After That Horrible Ending In 'Toy Story 3,' This Generation NEEDS 'Toy Story 4'

After That Horrible Ending In 'Toy Story 3,' This Generation NEEDS 'Toy Story 4'

I just hope that this time, the toys can make their way back to Andy.


On Monday, Disney-Pixar released their first teaser trailer for the much anticipated "Toy Story 4," set to hit theaters in summer 2019. Even though many fans of the franchise believe that this story closed its book after "Toy Story 3," I am choosing to welcome this addition with open arms as someone who is unsatisfied with the ending of the last movie.

I'm fully aware that this is a hot take, but that can't change the fury that filled me as I sat in the theaters and watched the credits roll for 'Toy Story 3.' Yes, Andy is extremely generous and thoughtful for giving his toys to Bonnie, a neighbor who is just a few years old. The sentiment of passing the toys down to the next generation to share the joy given by them to someone else as an alternative to throwing them away is very much appreciated. Too bad that isn't enough for me to like and appreciate that ending. They're Andy's toys, and always will be.

I understand that growing up is an important part of life that is represented in this movie by Andy giving his toys away. Perhaps this ending was a little too harsh considering the emotional connection Pixar's audience had developed with the relationship between Andy and his toys throughout the years. Moving on is part of growing up, but letting go and forgetting does not have to be.

Let's also not forget to consider the toy's feelings. The whole premise of this series is about toys interacting with one another in the real world, which includes them having real emotions. Not only that, but the toys spent the entirety of the third movie trying to escape a daycare to get back to Andy who they've spent years with. And now we're supposed to believe that they're truly happy with Bonnie? I don't buy it.

Disney-Pixar, you sent out a wonderful message to children with this ending, but I will never be able to accept the fact that Bonnie is the rightful owner of Woody, Buzz, and the rest of the gang. At the least, this next movie will pass the joy and imagination of Toy Story down to a new generation of children (similar to the message of "Toy Story 3" that I rejected, I know) that myself and so many others had growing up. I just hope that this time, the toys can make their way back to Andy.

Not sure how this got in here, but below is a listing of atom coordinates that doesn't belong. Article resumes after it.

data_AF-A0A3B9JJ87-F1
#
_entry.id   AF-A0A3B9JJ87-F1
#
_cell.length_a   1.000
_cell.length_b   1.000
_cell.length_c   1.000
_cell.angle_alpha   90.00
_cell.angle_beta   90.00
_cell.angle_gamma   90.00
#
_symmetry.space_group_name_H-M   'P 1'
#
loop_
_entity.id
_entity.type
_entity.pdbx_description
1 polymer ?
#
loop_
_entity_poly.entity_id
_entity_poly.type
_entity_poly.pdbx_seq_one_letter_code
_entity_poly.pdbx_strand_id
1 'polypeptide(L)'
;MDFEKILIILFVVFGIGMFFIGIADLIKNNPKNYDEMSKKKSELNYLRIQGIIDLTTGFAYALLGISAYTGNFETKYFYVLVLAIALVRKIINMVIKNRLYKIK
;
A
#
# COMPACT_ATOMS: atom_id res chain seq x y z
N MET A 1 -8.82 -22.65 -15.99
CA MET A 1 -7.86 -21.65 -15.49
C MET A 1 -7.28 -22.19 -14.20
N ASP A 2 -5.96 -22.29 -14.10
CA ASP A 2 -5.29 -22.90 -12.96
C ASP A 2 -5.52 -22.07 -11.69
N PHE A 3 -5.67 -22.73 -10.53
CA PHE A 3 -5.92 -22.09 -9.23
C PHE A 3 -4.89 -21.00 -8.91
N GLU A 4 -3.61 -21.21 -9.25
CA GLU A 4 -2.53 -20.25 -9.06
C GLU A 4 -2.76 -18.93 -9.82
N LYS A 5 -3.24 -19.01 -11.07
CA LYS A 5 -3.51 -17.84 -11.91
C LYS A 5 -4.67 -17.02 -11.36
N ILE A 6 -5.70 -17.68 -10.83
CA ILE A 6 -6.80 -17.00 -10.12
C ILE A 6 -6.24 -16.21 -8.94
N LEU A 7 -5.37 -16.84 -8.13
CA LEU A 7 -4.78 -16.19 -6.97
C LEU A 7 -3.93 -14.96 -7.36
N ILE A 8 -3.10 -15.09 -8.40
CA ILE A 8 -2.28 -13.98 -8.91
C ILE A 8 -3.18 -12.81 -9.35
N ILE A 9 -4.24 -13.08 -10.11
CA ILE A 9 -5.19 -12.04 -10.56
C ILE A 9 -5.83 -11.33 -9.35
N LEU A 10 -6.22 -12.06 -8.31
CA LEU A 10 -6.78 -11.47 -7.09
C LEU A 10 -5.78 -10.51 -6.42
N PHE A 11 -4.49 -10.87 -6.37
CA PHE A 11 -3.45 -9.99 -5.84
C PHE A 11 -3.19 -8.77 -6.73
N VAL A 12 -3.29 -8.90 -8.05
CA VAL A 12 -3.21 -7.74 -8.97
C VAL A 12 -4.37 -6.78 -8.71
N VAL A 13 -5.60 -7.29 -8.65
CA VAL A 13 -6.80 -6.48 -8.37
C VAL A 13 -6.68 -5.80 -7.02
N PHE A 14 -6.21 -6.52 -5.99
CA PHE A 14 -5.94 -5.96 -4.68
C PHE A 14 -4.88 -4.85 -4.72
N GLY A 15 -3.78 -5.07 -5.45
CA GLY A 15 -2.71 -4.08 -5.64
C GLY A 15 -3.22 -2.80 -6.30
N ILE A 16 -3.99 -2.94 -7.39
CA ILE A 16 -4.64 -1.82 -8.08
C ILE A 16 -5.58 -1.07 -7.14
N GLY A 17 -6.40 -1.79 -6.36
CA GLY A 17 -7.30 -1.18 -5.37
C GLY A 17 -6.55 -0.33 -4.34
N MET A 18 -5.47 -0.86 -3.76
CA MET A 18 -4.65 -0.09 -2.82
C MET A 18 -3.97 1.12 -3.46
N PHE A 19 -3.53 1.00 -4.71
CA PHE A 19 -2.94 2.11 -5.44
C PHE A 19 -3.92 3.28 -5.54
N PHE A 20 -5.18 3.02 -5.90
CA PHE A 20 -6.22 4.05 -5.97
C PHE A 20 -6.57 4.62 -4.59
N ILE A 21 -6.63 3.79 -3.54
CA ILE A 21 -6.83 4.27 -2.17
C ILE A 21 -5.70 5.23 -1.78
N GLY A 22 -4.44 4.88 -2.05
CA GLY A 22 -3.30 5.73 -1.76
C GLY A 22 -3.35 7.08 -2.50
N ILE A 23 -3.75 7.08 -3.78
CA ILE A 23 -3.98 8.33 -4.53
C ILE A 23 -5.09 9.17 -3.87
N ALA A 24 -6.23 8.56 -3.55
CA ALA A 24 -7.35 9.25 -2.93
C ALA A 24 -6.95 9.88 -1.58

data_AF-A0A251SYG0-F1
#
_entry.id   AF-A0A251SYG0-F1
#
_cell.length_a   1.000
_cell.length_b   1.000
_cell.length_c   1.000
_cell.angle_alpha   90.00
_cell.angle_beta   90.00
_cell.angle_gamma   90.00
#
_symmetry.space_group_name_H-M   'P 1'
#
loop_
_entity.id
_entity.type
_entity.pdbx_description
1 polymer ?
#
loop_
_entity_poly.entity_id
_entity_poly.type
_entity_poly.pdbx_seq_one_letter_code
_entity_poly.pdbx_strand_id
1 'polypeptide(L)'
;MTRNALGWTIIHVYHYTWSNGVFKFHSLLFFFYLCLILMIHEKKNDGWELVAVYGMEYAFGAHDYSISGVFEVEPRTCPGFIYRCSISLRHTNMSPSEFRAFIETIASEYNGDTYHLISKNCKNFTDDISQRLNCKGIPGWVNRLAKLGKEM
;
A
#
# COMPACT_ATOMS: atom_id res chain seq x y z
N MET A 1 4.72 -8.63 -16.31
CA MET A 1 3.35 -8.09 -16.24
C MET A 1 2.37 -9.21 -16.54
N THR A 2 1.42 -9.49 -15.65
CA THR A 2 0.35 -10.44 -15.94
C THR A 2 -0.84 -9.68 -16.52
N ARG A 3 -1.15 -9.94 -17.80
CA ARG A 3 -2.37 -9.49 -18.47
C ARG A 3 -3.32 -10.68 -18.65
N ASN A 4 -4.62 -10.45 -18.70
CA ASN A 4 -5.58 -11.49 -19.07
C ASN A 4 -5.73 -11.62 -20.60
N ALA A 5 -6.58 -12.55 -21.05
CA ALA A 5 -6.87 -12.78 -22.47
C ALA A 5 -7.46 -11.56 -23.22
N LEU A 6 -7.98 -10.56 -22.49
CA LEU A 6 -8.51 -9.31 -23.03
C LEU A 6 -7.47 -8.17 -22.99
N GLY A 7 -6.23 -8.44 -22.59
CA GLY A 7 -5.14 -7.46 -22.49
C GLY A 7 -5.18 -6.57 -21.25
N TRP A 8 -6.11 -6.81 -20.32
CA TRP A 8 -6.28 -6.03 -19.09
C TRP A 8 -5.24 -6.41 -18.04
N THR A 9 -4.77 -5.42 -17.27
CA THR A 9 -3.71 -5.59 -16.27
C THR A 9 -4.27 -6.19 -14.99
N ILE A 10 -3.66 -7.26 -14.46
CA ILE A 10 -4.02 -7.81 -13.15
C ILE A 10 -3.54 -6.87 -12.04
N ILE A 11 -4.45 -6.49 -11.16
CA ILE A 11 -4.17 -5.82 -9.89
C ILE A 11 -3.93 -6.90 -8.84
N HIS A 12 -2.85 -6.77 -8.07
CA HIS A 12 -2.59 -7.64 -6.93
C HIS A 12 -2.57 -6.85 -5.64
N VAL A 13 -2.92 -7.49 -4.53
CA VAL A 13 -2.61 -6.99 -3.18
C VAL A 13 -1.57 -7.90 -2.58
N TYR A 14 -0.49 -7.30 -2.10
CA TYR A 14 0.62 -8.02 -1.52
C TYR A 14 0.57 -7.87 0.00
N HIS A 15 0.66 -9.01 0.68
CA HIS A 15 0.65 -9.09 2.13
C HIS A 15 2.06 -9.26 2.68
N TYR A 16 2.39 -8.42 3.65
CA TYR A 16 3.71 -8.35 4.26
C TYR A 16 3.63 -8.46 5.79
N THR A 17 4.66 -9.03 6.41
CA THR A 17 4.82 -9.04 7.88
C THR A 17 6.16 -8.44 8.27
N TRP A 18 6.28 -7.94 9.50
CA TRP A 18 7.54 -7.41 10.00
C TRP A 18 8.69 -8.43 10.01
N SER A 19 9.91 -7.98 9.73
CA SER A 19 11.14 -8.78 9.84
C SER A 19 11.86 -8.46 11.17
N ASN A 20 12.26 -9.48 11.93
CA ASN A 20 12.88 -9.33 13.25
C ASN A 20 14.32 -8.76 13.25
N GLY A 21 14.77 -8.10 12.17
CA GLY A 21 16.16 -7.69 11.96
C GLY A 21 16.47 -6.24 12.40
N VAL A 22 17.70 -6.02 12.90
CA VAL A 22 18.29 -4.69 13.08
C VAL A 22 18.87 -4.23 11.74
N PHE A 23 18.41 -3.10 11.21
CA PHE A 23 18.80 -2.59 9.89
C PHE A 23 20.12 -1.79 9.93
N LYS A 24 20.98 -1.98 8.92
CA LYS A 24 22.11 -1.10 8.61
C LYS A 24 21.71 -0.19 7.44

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13 Of The Best Disney Channel Original Movies Of All Time

I'm just gonna say it: Disney Channel Original Movies were one of the best parts of my childhood.


Growing up in that "prime" Disney channel era really was it, chief. I know I'm not the only one who feels this way, so I've compiled a list of 13 of the best DCOMs. And before y'all yell at me, there are so many more great ones, but I had to choose just 13.

In no particular order, here they are:

High School Musical - Trilogy (2006, 2007, 2008)

HSM may just be the most infamous franchise to ever come out of Disney Channel. I don't make the rules. Also, Zac Efron is STILL my celebrity crush. Just saying.

Camp Rock 1 & 2 (2008, 2010)

Demi Lovato and the Jonas Brothers in one movie! To what did I owe that pleasure? If you try to say these movies didn't make you wanna go to a music summer camp, you're lying.

The Thirteenth Year (1999)

All I'm saying is my thirteenth year was NOT as exciting as Cody Griffin's. This movie has it all: comedy, drama, and he's a freaking mermaid.

Wendy Wu: Homecoming Warrior (2006)

Brenda. Freaking. Song! I always seem to forget about this one because I'll always think of Brenda as London Tipton, but this movie will always be a classic. It teaches some important lessons about embracing who you are and where you come from.

Twitches 1 & 2 (2005, 2007)

Tia and Tamara Mowry single handedly made me want a twin sister (as long as we were both witches). I recently watched the movies again after years of not seeing them, and I got all the feels. Also, can we just talk about how I've always wanted their sun and moon necklaces?

The Cheetah Girls 1, 2, & One World (2003, 2006, 2008)

The songs. The friendship. The matching jumpsuits. I wanted to be a Cheetah Girl so bad when I was younger. These movies have to be some of the most iconic Disney Channel movies. So good.

Starstruck (2010)

I'm not going to lie, this may be one of my favorites. Not only do I watch the movie often still, but I also have some of the songs from the soundtrack in my "favorites" Spotify playlist. Don't judge.

Halloweentown (1998)

I'm not even going to go into why this movie is such a classic. If you haven't seen it, what are you doing with your life?

Cadet Kelly (2002)

I just want to start by saying Hilary Duff can do no wrong in my eyes. I think this fun movie about a teenager who goes off to military school made us all love her a little bit more (if that were even possible).